Azuki serves as a glaring example of diminishing hype and unmet expectations. Launched by Chiru Labs in January 2022, this collection quickly gained popularity, boasting beautiful artwork and teasing grandiose plans for future metaverse developments.

However, since then, the company has struggled to make any substantial progress, producing only a golden skate 🤭 and a collaboration with a small fashion brand. However, it got its share of embarrassing incidents such as a Twitter hack that led to over $750k being stolen from users’ wallets, or  its founder admitted to abandoning previous NFT projects – a big no-no in the crypto world.

But Azuki troubles didn’t stop there. Chiru Labs recently released a new collection called “Elementals,” which not only failed to provide additional utility but also featured repetitive artwork. Some Azuki NFT holders concluded that these additional NFTs diluted the value of the existing Azuki collection, prompting them to take action. They formed a decentralized autonomous organization (DAO) and demanded a refund of over $38 million from Chiru Labs.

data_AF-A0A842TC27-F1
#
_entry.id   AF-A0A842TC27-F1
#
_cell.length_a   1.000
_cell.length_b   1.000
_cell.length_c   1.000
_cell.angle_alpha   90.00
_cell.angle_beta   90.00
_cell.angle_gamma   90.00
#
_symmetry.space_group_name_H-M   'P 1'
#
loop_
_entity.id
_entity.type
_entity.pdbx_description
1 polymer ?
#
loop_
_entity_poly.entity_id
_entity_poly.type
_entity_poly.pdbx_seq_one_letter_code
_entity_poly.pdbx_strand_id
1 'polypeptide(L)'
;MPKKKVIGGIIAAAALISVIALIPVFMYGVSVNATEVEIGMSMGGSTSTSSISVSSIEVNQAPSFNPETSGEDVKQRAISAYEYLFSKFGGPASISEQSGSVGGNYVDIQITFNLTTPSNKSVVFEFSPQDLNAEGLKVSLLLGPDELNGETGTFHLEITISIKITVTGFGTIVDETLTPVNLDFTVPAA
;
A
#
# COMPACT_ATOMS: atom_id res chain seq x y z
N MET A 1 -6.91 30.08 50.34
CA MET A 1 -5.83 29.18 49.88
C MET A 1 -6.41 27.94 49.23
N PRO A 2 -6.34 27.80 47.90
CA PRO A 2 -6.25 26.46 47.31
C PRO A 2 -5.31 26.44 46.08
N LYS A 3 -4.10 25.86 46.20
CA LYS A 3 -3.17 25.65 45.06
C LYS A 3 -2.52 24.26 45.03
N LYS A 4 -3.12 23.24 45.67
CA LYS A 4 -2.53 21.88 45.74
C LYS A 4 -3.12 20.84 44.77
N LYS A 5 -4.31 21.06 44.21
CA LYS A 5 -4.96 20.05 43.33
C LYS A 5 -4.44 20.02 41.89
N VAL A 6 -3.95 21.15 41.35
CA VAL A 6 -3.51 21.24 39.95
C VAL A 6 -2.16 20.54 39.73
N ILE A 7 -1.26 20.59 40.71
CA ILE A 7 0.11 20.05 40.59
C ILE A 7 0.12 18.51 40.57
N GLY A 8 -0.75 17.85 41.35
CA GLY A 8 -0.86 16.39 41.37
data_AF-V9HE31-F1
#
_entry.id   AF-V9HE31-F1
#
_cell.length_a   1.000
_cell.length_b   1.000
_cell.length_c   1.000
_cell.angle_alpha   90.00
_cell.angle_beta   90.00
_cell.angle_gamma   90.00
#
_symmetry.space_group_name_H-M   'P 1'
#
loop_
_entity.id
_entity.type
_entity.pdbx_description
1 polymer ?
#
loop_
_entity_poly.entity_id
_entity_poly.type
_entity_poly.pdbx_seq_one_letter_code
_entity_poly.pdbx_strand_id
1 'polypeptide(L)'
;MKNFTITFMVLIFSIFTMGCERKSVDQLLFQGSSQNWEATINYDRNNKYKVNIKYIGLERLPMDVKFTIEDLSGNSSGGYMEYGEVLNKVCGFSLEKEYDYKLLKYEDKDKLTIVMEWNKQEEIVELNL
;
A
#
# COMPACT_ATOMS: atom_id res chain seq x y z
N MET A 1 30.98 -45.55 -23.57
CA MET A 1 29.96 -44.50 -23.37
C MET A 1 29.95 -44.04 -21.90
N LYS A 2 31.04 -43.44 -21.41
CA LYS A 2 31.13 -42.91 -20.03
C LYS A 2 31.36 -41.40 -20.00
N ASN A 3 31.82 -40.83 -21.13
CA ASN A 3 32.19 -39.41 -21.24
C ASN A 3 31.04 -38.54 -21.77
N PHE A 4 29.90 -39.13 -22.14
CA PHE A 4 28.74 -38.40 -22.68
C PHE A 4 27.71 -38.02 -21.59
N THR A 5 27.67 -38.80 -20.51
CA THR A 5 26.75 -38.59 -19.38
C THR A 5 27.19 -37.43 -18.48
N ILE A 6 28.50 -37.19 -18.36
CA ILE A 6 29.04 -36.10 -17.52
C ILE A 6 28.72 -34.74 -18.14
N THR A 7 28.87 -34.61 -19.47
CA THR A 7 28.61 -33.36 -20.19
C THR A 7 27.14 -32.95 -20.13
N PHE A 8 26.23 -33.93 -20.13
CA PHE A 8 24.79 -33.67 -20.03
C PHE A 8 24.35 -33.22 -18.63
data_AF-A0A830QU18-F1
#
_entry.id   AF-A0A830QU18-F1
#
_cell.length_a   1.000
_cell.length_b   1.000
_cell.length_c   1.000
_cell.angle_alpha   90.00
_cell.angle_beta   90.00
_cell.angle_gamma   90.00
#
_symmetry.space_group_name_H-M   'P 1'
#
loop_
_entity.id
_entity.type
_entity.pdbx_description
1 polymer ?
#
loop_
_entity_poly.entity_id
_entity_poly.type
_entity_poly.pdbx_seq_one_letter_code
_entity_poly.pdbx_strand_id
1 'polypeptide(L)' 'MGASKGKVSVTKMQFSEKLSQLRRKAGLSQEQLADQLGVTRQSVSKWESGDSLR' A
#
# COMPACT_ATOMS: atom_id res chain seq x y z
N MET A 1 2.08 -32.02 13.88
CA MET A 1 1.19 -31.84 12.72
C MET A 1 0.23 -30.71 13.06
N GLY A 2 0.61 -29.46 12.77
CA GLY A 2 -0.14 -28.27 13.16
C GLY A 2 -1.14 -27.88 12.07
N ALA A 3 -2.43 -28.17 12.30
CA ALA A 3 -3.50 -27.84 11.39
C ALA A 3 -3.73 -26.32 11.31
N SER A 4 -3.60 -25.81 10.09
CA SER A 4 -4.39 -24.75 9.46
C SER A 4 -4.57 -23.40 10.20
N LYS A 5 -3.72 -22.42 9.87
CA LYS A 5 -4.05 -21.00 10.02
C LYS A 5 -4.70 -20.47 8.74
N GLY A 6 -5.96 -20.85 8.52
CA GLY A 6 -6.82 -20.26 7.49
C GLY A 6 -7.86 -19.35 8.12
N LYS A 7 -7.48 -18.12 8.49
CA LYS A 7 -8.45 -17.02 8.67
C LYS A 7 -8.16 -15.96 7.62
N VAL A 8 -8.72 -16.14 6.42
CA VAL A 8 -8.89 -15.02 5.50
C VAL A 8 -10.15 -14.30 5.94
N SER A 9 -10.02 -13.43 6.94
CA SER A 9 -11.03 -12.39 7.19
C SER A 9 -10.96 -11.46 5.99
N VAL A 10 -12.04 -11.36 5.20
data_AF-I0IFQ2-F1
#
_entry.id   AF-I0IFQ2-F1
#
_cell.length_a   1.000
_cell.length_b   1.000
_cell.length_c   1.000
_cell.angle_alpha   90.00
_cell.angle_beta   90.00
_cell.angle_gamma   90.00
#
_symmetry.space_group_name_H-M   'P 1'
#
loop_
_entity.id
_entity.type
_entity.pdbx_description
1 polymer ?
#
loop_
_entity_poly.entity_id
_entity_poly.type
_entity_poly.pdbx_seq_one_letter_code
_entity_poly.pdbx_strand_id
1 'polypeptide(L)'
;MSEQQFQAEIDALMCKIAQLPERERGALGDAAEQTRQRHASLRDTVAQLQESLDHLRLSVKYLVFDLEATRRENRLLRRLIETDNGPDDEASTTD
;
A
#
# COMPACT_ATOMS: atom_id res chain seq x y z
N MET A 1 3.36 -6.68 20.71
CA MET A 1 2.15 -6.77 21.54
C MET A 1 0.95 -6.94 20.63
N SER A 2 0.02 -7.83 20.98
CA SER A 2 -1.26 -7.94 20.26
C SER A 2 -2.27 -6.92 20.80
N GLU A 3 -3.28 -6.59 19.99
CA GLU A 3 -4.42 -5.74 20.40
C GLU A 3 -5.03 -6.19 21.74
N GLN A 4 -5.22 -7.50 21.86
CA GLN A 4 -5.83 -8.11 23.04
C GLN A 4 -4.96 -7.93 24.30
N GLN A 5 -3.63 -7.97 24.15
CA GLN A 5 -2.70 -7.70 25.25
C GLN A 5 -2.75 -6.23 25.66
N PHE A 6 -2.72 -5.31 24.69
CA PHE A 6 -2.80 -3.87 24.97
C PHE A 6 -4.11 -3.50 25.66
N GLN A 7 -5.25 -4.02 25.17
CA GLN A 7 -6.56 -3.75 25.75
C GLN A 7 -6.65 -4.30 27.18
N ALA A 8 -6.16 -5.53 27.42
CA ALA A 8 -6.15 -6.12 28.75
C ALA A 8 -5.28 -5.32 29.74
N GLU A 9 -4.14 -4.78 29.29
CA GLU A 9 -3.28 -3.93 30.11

To make matters worse, a vulnerability in the DAO’s smart contract allowed a hacker to steal approximately $68k from them 🤦‍♀️ Nevertheless, despite this setback, the DAO still plans to take legal action against the Azuki founder.

Unsurprisingly, these events have caused the floor price of Azuki’s main collection to drop from $27k before the drop to a mere $13k, a far cry from its all-time high of $90k. Elementals NFTs are currently being traded at 1.2 ETH, well below the initial mint price of 2 ETH.

What future for the NFT collections?

The Azuki ordeal has once again exposed the vulnerabilities of NFT collectibles that rely heavily on external developments. In the crypto community that values the principle of “don’t trust, verify,” such projects place excessive trust in the founding team.

Ideally, the failure of NFT projects should inspire the crypto space to devise new methods for securing a project’s roadmap and keeping its founders accountable. These methods could include implementing better community governance (DAOs with real power), mandatory smart contract audits, stronger legal protection, and more.

In the meantime, the best way to evaluate an NFT project is to look at its collaborations and achievements.